I’ve just returned home from a funeral service held in memory of a man who was well known in our hometown. I didn’t know the man well, but my mother is friends with his daughter. I know some of his grandchildren, too, as we attended school together and we’ve all been vaguely aware of one another’s lives since we grew up and moved away from home. The ceremony was a very emotional experience, even though I wasn’t a personal friend of the man who had passed away. I tend to get quite upset at funerals generally, but I found this one particularly touching because one of the deceased man’s granddaughters sang, beautifully, during the ceremony and she moved me to tears. It wasn’t just her skill as a singer that moved me, or even the choice of hymn, but it was her ability to pour her grief and love into her voice without once losing control. I found tears rolling down my own face just listening to her, and my admiration for her was immense. It was a wonderful tribute to a dearly loved grandfather, and it made me think about the important things in life, and what we leave behind us when we go.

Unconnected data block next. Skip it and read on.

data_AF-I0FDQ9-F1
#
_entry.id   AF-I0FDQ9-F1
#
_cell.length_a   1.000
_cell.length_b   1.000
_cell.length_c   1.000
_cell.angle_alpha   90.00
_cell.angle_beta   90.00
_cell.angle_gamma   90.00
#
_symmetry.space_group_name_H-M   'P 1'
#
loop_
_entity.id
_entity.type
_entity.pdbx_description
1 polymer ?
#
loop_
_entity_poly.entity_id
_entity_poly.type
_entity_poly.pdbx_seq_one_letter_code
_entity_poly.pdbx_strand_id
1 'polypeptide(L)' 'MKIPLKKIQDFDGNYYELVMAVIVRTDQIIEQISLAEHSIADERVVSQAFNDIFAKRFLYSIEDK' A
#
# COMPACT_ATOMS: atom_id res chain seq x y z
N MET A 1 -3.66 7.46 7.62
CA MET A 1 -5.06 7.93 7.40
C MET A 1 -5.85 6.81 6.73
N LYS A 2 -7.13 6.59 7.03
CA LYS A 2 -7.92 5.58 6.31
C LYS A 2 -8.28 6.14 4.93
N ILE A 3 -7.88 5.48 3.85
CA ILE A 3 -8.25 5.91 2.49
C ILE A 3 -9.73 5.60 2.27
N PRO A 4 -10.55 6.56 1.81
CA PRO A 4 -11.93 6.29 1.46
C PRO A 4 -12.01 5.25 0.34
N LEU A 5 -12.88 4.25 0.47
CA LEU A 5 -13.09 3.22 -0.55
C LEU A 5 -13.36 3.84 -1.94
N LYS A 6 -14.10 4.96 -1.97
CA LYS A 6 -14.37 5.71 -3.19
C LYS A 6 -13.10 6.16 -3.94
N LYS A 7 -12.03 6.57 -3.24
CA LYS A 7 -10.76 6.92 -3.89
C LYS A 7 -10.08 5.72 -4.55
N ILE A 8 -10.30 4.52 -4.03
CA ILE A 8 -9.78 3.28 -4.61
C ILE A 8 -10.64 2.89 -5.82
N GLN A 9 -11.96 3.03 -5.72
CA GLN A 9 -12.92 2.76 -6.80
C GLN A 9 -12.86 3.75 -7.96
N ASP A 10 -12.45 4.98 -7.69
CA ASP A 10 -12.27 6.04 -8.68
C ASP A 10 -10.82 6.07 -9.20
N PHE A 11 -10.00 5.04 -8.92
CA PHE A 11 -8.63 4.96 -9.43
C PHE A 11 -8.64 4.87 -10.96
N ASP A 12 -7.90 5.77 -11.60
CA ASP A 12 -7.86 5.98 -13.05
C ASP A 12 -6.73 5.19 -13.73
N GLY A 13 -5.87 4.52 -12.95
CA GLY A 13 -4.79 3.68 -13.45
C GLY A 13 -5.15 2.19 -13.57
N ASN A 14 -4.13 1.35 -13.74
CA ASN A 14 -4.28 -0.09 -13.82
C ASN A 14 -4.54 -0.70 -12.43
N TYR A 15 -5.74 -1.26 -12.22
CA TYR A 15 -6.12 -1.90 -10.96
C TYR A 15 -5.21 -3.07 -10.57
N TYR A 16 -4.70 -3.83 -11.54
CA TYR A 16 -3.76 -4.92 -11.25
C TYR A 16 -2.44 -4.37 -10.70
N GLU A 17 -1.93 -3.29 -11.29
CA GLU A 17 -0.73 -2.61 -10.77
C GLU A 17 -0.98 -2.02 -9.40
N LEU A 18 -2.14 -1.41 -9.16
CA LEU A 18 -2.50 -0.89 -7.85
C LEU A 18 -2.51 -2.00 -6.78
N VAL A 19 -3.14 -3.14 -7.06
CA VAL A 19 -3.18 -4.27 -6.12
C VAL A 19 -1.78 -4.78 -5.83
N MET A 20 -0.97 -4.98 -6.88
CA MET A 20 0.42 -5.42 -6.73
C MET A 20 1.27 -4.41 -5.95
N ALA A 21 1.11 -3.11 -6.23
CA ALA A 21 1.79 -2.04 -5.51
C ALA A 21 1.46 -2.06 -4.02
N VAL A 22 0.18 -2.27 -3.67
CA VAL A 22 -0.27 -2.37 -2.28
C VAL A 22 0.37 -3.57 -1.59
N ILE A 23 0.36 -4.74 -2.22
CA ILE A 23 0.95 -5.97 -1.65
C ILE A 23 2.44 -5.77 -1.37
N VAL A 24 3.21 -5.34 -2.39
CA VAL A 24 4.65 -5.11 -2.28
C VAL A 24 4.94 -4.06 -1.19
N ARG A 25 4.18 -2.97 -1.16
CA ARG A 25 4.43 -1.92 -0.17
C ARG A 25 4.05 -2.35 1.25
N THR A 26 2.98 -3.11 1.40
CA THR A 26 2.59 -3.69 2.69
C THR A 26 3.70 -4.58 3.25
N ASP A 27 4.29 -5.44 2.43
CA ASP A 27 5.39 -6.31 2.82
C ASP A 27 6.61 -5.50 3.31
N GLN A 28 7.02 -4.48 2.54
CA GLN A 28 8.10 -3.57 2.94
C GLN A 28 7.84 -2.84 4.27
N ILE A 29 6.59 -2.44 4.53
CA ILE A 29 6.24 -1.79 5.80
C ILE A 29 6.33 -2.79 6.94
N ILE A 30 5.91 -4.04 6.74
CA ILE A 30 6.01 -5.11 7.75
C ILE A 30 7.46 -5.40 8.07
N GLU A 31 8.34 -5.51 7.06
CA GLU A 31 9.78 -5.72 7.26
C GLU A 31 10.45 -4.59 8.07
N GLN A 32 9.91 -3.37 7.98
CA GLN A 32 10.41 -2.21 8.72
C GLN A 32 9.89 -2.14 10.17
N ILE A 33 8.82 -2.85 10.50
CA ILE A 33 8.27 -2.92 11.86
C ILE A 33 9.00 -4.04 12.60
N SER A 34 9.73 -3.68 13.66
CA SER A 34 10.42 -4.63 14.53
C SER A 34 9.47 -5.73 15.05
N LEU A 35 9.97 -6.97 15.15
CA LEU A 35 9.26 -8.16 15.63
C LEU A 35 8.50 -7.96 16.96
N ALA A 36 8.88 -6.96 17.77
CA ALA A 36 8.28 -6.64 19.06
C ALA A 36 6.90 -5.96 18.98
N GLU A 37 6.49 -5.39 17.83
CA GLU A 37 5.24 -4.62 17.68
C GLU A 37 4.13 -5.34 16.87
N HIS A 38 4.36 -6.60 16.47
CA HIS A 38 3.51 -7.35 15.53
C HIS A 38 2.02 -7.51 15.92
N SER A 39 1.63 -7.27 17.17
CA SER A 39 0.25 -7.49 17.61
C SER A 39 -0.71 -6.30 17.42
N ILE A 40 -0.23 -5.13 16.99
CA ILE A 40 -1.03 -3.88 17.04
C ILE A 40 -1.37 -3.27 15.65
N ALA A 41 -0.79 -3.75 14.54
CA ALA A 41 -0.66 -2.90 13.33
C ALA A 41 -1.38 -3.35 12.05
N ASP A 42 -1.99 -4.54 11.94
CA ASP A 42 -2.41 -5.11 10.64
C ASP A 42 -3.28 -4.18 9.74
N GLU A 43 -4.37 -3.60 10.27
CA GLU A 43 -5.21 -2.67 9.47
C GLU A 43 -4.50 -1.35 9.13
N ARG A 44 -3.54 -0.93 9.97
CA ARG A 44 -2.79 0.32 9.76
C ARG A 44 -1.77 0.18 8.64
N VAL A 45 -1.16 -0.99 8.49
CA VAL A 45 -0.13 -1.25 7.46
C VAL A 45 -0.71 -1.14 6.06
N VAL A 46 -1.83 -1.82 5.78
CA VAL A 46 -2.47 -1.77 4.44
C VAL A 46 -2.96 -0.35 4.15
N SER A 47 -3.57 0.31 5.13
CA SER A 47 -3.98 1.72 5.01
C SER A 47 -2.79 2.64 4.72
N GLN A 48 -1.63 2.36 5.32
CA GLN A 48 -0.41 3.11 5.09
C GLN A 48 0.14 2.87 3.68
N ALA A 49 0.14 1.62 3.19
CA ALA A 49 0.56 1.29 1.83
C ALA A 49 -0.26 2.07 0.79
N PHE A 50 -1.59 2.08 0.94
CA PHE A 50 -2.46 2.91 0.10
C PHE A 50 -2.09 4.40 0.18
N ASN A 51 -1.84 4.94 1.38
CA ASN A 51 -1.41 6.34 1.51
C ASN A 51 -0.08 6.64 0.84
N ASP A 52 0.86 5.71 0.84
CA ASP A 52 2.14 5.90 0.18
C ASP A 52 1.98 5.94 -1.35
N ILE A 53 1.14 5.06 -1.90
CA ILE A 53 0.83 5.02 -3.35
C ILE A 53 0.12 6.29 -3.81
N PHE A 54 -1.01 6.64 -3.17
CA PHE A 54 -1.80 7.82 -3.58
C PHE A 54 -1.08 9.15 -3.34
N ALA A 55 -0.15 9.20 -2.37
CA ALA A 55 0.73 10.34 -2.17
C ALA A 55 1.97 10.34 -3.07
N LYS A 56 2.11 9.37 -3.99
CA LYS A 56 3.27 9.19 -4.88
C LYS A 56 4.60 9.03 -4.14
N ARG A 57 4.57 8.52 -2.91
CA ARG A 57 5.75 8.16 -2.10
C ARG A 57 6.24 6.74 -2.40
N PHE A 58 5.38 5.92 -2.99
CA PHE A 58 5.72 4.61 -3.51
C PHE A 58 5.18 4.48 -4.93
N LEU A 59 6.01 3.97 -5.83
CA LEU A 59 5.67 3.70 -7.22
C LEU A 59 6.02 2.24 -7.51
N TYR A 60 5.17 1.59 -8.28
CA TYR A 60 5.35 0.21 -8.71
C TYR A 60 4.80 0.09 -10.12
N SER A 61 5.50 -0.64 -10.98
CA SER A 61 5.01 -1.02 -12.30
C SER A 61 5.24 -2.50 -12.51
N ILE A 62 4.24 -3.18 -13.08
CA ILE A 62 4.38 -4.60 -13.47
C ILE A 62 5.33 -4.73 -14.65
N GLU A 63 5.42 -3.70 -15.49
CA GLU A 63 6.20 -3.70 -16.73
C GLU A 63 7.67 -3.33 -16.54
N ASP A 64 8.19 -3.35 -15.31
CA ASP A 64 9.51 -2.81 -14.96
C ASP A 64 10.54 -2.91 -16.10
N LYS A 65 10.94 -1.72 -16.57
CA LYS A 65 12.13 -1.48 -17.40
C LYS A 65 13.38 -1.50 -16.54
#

The reading at the Mass was about the riches of the world that pass away, and the silks and fine fabrics of the earth which will, with time, return to dust – in a way, it was appropriate. I’ve never aspired to be rich, or to accumulate ‘things’, but I do want to accumulate love. The greatest treasure I could ever own would be the thought that, when it was my time to be mourned, that those who loved me would miss me and be thankful for my life. I would hope too that they would then move on and live their lives, remembering me fondly every once in a while, and that – in time – all memory of me would pass into the wind, at one with everything else.
‘Remember me when I am gone away,
Gone far away into the silent land;
When you can no more hold me by the hand…
Yet if you should forget me for a while,
And afterwards remember, do not grieve…
Better by far you should forget and smile
Than that you should remember and be sad.’
from Remember, Christina Rossetti